Yesterday's column, "'Why I should have the right to kill a malicious process on your machine'" was read by a record number of people. The reason: it was quoted both by Scripting News and Slashdot.
Now, let's come back to today's topic, "Now playing: The human genome," brought to us by Scarlet Pruitt. Here is the introduction.
Life science technology is about as cutting-edge as it gets, but now it's apparently also hip. At least that's the image projected by University of New Hampshire researcher Will Gilbert, who has taken to carrying around the human genome on his Apple Computer Inc. iPod.
Gilbert, who heads the bioinformatics group at the university's Hubbard Center for Genome Studies, loaded the 3 billion chemical nucleotide letters in the human genome on his iPod one day when he discovered it would be faster than waiting for his network to copy the information.
After all, the iPod can download up to 1,000 songs in less than 10 minutes. What's 3 billion As, Ts, Cs, and Gs? Well, with 4x compression, Gilbert estimates, the human took up less than 1GB of disk space on his 5GB iPod, which also contained 300 songs. He recently upgraded to a 10GB iPod, on which he stores 600 songs plus the human genome.
Of course, the fact that you can use such a device to store your data is not new. I've already talked here about small keychain memory devices, like in "At Airport X-Ray Machines, a Mountain of Forgotten Laptops" or in "Personal Memory Devices Will Proliferate and Must Be Managed by IT Organizations." But you also can use the memory cards in your digital cameras as a disk drive. Read for instance what Fred Langa says about these memory devices in "Digital Cameras Can Transfer *Any* File."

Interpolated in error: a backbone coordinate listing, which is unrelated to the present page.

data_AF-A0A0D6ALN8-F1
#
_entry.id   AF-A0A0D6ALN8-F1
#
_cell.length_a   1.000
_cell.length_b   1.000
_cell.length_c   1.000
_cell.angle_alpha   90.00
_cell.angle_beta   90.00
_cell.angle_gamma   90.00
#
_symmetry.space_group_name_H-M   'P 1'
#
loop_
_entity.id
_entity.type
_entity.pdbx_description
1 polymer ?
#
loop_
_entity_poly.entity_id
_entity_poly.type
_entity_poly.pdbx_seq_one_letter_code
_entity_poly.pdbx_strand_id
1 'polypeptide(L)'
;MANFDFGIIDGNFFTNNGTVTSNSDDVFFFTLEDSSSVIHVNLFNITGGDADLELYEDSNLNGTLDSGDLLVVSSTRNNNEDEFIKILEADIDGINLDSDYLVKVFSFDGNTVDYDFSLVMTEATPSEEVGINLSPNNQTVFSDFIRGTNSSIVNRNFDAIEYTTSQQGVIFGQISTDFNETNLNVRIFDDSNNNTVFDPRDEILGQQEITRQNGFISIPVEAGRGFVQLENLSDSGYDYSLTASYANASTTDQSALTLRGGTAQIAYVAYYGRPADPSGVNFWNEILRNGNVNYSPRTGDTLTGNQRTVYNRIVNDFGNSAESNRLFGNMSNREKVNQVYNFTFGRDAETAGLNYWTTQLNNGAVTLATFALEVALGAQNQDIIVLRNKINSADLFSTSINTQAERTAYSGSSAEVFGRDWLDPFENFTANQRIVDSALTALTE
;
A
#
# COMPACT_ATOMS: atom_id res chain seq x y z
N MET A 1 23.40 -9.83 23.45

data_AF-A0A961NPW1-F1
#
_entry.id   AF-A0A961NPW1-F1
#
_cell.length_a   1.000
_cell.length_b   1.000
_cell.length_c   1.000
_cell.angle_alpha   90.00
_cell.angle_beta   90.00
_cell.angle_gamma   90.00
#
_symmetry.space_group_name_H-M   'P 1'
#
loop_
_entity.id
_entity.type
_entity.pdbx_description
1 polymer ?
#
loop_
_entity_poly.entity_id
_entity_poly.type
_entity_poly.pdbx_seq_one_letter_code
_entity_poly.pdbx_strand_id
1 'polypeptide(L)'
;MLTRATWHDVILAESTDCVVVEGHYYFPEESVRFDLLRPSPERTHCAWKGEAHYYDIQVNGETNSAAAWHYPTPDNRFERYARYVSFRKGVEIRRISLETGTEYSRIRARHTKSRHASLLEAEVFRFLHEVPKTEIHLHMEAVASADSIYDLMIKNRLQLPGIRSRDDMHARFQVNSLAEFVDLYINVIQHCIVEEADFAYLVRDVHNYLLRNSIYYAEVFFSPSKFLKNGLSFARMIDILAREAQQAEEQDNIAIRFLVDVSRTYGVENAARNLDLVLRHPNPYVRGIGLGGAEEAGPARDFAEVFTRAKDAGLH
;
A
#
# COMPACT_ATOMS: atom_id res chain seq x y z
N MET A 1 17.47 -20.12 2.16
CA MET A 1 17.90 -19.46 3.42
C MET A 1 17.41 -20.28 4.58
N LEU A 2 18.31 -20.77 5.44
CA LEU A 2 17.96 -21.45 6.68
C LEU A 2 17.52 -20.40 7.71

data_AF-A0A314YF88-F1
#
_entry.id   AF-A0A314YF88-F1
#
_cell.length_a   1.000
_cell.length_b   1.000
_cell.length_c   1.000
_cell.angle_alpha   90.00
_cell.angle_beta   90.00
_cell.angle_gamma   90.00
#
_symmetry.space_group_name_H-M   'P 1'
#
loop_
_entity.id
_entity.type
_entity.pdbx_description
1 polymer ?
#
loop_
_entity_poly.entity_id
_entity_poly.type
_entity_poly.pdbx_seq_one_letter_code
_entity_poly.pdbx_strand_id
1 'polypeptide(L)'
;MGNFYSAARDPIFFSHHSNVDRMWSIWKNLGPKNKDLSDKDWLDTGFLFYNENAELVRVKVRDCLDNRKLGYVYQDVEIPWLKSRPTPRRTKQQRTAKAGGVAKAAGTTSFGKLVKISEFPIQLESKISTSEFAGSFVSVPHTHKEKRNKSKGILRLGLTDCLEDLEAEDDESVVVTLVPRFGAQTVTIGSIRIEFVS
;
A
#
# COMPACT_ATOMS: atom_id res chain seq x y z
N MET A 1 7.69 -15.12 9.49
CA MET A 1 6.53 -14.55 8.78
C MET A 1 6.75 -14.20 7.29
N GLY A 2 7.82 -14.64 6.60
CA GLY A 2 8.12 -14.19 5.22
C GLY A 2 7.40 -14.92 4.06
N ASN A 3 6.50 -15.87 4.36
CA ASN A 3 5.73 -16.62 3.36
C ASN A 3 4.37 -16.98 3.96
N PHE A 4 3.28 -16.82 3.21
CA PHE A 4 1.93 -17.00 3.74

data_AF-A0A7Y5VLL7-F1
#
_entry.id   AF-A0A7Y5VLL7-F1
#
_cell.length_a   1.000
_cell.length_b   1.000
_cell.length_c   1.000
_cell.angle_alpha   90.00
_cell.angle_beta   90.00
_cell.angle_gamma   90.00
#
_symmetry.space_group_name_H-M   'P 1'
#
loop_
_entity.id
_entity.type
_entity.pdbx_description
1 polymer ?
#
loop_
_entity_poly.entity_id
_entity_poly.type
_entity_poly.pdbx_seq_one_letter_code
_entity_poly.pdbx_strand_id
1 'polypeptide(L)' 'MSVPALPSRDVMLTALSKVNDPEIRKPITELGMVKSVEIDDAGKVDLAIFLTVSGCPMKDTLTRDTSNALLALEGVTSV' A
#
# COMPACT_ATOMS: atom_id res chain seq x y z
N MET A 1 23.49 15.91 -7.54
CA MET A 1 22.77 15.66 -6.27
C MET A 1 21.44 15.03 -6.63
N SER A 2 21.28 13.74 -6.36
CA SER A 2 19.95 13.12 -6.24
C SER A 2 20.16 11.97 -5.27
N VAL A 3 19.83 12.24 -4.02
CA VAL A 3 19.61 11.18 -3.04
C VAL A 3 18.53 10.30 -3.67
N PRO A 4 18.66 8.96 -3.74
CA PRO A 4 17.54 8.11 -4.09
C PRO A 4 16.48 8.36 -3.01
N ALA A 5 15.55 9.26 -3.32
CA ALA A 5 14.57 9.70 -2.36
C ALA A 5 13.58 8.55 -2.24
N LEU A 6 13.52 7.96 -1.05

Most memory-stick-based digital cameras function internally a form of "RAM disk;" a solid-state version of an ordinary small hard drive. As such, the memory stick doesn't care what kind of data it holds -- it's all just ones and zeros anyway.
What's more, some normal hard drive maintenance tools can also work on memory stick- based RAM disks, so you can even use things like "undelete" functions to recover digital photos you may have accidentally erased.
Sources: Scarlet Pruitt, IDG News Service, Boston Bureau, January 14, 2003; Fred Langa, LangaList Standard Edition, January 16, 2003
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